12 January 2017

#AQuietKindOfThunder


- Losing Your Voice -



With the release of Sara Barnard's second novel A Quiet Kind of Thunder I've been asked to take part in something quite special, but I will get to that shortly because first I need to tell you why. You see every so often you get a book and you know it means something and A Quiet Kind of Thunder MEANS something. It is a rather special book as it gives a voice to a character that doesn't have one. It is a real and honest account of what it is like to deal with a crippling anxiety in todays society and it looks at the whys, the hows and ultimately the truths of one persons struggle with this condition. I've suffered from anxiety for many years and I sometimes cannot put into words what it feels like to be the way I am but A Quiet Kind of Thunder gave me the words to describe it. 

Now onto what we're doing today! As mentioned before with the lead up to publication day us bloggers were asked to take a moment and think what it would be like to not have a voice. Our mission, if we chose to accept it, was to think about the things we'd struggle with most in our lives if we couldn't simply use our words. In Sara Barmard's own words she said that these were the worst.

The Top Five Worst Times To Be Mute
As told by Steffi in A Quiet Kind of Thunder by Sara Barnard 
5) When you need the toilet 
4) When you’re bleeding
3) When you need a new pencil
2) When you look a bit suspicious 
1) When your best friend needs you

When I really thought about this it kind of hit a little too close for comfort. I went through a period in my life where I couldn't speak up, I was too scared to say what I felt because (whether is is rational or not) the idea of being mocked, judged or even questioned on my own opinion terrified me. I didn't want people to think I was stupid or wasting their time. I was never completely mute like our main protagonist Steffi but it isn't exaggerated when people refer to anxiety as 'crippling'. 

So in the name of A Quiet Kind of Thunder the list below shows the times that I think/know it would suck to be mute. These are the times that in my life I have struggled with simply because I couldn't open my mouth and say what I need to say. Some are the same as Sara's because quite frankly they are the worst times not to have a voice. 


My Top Five Worst Times To Be Mute

 When you need the toilet  
For the obvious reasons if you need to go you need to go and in certain situations you need to ask permission from a teacher or to leave a meeting to do this. However, imagine if you couldn't do that? As well as being mute this is also a really horrible one if you have anxiety because the last thing you want to do is draw attention to yourself. It might seem like something small but it becomes a big issue when you're too frightened to use your voice.   
 When you are lost 
Thank god for sat navs is all I have to say on this one. I've been in this situation before and my phone died so I couldn't use google maps and instead of stopping to ask directions I simply drove around until I found the right road... it added half an hour to an already long journey but I was too scared to ask someone.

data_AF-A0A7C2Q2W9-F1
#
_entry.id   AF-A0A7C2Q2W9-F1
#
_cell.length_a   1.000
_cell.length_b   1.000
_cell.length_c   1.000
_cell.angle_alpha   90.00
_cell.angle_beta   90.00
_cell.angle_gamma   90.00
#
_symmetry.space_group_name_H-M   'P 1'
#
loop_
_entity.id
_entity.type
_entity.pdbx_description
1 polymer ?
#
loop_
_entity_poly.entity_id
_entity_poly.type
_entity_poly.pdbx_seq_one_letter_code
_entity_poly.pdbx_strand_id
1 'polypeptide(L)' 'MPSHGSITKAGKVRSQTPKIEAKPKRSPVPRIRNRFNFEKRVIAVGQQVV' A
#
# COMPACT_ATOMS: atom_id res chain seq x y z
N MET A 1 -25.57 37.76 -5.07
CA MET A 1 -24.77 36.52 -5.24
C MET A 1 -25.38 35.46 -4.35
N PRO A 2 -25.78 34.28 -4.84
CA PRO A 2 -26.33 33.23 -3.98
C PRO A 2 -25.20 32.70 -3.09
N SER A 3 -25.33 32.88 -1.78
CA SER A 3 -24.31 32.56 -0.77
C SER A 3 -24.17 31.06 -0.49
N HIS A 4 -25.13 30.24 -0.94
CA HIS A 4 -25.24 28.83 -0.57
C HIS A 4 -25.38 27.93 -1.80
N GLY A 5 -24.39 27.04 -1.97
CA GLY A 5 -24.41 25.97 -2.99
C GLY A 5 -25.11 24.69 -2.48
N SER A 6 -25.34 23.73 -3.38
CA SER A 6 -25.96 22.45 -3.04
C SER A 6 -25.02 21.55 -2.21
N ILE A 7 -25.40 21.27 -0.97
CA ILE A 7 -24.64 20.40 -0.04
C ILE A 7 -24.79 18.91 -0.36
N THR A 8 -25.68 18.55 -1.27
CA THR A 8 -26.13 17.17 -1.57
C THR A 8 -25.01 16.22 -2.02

When you need to give a presentation  
THIS is hell for most people but just for a second think about the turmoil of giving a presentation IN FRONT OF PEOPLE when you struggle to simply ask to borrow a pen.   
When you are in trouble 
Okay I have the perfect example for this one! About a year and a half ago my car broke down on the motorway (in the fast lane just to make things worse) and I was stranded. I had people shouting abuse at me because I was holding up traffic and there was nothing I could do but call the breakdown people. LUCKILY I was at a point in my life where I was able to talk on the phone (a year earlier I struggled to do that due to anxiety) but if I couldn't make that one phone call I could have been in a lot of trouble. More trouble that I was already in. If I had been mute this could have been a life or death situation.   
When your best friend needs you 
It might be a broken heart, a failed exam, a bad day at work or simply they need an ear to bend. When your friends need you they need you and not being able to be there for them is heartbreaking. They feel let down and you feel like the worst friend possible. However, sometimes no matter how much you want to be there and say the right thing to make them feel better the words just don't come. It might not seem as bad as one or two of the others but this is the one thats hard to deal with. When you can't be there for your best friend because you can't speak is soul crushing. 



So that's my top five moments, but why not take a moment and think about what it would be like to lose your voice. To struggle with asking for help when you need it and write your own list. Comment bellow with your top times and let me know what you think it means to be mute. 





Pages: 320 
Publisher: Macmillan Children's Books
Publication Date: January 12th 2017
ISBN: 9781509810987
Received From:  Macmillan Children's Books


Summary 


Steffi doesn't talk, but she has so much to say.
Rhys can't hear, but he can listen.
Their love isn't a lightning strike, it's the rumbling roll of thunder.
 
Steffi has been a selective mute for most of her life - she's been silent for so long that she feels completely invisible. But Rhys, the new boy at school, sees her. He's deaf, and her knowledge of basic sign language means that she's assigned to look after him. To Rhys, it doesn't matter that Steffi doesn't talk, and as they find ways to communicate, Steffi finds that she does have a voice, and that she's falling in love with the one person who makes her feel brave enough to use it. 

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